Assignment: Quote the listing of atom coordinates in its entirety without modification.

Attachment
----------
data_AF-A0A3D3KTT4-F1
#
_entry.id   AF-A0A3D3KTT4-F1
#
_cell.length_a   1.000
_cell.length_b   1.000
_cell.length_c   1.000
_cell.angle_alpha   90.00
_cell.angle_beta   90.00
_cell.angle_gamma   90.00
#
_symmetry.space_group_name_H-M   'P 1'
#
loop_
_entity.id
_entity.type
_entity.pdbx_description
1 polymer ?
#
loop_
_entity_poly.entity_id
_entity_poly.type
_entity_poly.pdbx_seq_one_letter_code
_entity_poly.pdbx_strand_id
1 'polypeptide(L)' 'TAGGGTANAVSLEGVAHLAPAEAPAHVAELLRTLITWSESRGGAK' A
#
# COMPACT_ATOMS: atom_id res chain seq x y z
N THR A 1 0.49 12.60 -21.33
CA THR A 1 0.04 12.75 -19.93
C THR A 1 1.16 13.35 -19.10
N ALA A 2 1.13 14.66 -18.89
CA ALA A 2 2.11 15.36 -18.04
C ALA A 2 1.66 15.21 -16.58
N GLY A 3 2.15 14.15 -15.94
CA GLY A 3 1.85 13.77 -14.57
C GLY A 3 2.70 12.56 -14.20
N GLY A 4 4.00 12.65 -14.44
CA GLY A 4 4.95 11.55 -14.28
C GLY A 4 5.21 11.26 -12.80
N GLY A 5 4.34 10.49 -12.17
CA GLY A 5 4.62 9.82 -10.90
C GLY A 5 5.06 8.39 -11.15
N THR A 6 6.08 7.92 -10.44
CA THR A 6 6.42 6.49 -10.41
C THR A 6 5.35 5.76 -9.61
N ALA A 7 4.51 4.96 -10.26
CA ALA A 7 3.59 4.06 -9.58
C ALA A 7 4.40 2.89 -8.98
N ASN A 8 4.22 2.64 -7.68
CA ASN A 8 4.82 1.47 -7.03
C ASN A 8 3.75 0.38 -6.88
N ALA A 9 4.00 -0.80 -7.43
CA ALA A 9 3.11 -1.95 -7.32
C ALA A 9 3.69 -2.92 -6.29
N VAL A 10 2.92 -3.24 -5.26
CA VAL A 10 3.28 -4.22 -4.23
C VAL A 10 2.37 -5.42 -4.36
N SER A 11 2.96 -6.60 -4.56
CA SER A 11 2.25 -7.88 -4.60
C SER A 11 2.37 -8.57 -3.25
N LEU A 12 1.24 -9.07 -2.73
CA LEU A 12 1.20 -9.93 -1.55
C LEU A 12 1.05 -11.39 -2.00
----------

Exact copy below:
data_AF-A0A3D3KTT4-F1
#
_entry.id   AF-A0A3D3KTT4-F1
#
_cell.length_a   1.000
_cell.length_b   1.000
_cell.length_c   1.000
_cell.angle_alpha   90.00
_cell.angle_beta   90.00
_cell.angle_gamma   90.00
#
_symmetry.space_group_name_H-M   'P 1'
#
loop_
_entity.id
_entity.type
_entity.pdbx_description
1 polymer ?
#
loop_
_entity_poly.entity_id
_entity_poly.type
_entity_poly.pdbx_seq_one_letter_code
_entity_poly.pdbx_strand_id
1 'polypeptide(L)' 'TAGGGTANAVSLEGVAHLAPAEAPAHVAELLRTLITWSESRGGAK' A
#
# COMPACT_ATOMS: atom_id res chain seq x y z
N THR A 1 0.49 12.60 -21.33
CA THR A 1 0.04 12.75 -19.93
C THR A 1 1.16 13.35 -19.10
N ALA A 2 1.13 14.66 -18.89
CA ALA A 2 2.11 15.36 -18.04
C ALA A 2 1.66 15.21 -16.58
N GLY A 3 2.15 14.15 -15.94
CA GLY A 3 1.85 13.77 -14.57
C GLY A 3 2.70 12.56 -14.20
N GLY A 4 4.00 12.65 -14.44
CA GLY A 4 4.95 11.55 -14.28
C GLY A 4 5.21 11.26 -12.80
N GLY A 5 4.34 10.49 -12.17
CA GLY A 5 4.62 9.82 -10.90
C GLY A 5 5.06 8.39 -11.15
N THR A 6 6.08 7.92 -10.44
CA THR A 6 6.42 6.49 -10.41
C THR A 6 5.35 5.76 -9.61
N ALA A 7 4.51 4.96 -10.26
CA ALA A 7 3.59 4.06 -9.58
C ALA A 7 4.40 2.89 -8.98
N ASN A 8 4.22 2.64 -7.68
CA ASN A 8 4.82 1.47 -7.03
C ASN A 8 3.75 0.38 -6.88
N ALA A 9 4.00 -0.80 -7.43
CA ALA A 9 3.11 -1.95 -7.32
C ALA A 9 3.69 -2.92 -6.29
N VAL A 10 2.92 -3.24 -5.26
CA VAL A 10 3.28 -4.22 -4.23
C VAL A 10 2.37 -5.42 -4.36
N SER A 11 2.96 -6.60 -4.56
CA SER A 11 2.25 -7.88 -4.60
C SER A 11 2.37 -8.57 -3.25
N LEU A 12 1.24 -9.07 -2.73
CA LEU A 12 1.20 -9.93 -1.55
C LEU A 12 1.05 -11.39 -2.00